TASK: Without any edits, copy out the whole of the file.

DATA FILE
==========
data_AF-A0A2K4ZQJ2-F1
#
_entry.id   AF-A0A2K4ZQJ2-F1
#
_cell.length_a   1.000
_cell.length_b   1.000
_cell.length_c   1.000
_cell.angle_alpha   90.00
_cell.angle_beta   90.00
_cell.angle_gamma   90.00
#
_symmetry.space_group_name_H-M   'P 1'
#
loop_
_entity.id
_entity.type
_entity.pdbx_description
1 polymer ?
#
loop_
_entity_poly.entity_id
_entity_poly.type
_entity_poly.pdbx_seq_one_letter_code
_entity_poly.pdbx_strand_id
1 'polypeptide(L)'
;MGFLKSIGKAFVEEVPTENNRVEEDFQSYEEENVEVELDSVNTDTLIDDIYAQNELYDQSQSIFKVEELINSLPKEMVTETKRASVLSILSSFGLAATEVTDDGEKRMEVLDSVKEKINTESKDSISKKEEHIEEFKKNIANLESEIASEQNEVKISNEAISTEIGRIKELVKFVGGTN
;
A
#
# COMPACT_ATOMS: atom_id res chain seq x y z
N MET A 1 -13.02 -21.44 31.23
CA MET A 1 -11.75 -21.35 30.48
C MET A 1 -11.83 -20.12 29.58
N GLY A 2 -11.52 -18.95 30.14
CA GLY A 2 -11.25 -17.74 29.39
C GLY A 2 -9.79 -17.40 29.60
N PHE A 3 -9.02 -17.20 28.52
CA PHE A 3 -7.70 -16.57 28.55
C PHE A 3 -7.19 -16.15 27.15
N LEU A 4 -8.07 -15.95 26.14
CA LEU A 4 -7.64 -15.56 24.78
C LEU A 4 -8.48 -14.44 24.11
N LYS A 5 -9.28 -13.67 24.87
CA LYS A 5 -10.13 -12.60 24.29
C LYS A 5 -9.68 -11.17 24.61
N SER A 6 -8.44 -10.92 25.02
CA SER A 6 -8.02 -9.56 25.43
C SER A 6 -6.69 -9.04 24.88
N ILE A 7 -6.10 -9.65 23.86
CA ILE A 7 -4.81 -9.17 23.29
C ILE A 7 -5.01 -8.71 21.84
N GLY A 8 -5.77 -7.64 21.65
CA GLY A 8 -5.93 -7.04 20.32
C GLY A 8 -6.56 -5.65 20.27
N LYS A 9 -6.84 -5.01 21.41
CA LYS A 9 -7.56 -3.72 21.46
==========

data_AF-A0A2K4ZQJ2-F1
#
_entry.id   AF-A0A2K4ZQJ2-F1
#
_cell.length_a   1.000
_cell.length_b   1.000
_cell.length_c   1.000
_cell.angle_alpha   90.00
_cell.angle_beta   90.00
_cell.angle_gamma   90.00
#
_symmetry.space_group_name_H-M   'P 1'
#
loop_
_entity.id
_entity.type
_entity.pdbx_description
1 polymer ?
#
loop_
_entity_poly.entity_id
_entity_poly.type
_entity_poly.pdbx_seq_one_letter_code
_entity_poly.pdbx_strand_id
1 'polypeptide(L)'
;MGFLKSIGKAFVEEVPTENNRVEEDFQSYEEENVEVELDSVNTDTLIDDIYAQNELYDQSQSIFKVEELINSLPKEMVTETKRASVLSILSSFGLAATEVTDDGEKRMEVLDSVKEKINTESKDSISKKEEHIEEFKKNIANLESEIASEQNEVKISNEAISTEIGRIKELVKFVGGTN
;
A
#
# COMPACT_ATOMS: atom_id res chain seq x y z
N MET A 1 -13.02 -21.44 31.23
CA MET A 1 -11.75 -21.35 30.48
C MET A 1 -11.83 -20.12 29.58
N GLY A 2 -11.52 -18.95 30.14
CA GLY A 2 -11.25 -17.74 29.39
C GLY A 2 -9.79 -17.40 29.60
N PHE A 3 -9.02 -17.20 28.52
CA PHE A 3 -7.70 -16.57 28.55
C PHE A 3 -7.19 -16.15 27.15
N LEU A 4 -8.07 -15.95 26.14
CA LEU A 4 -7.64 -15.56 24.78
C LEU A 4 -8.48 -14.44 24.11
N LYS A 5 -9.28 -13.67 24.87
CA LYS A 5 -10.13 -12.60 24.29
C LYS A 5 -9.68 -11.17 24.61
N SER A 6 -8.44 -10.92 25.02
CA SER A 6 -8.02 -9.56 25.43
C SER A 6 -6.69 -9.04 24.88
N ILE A 7 -6.10 -9.65 23.86
CA ILE A 7 -4.81 -9.17 23.29
C ILE A 7 -5.01 -8.71 21.84
N GLY A 8 -5.77 -7.64 21.65
CA GLY A 8 -5.93 -7.04 20.32
C GLY A 8 -6.56 -5.65 20.27
N LYS A 9 -6.84 -5.01 21.41
CA LYS A 9 -7.56 -3.72 21.46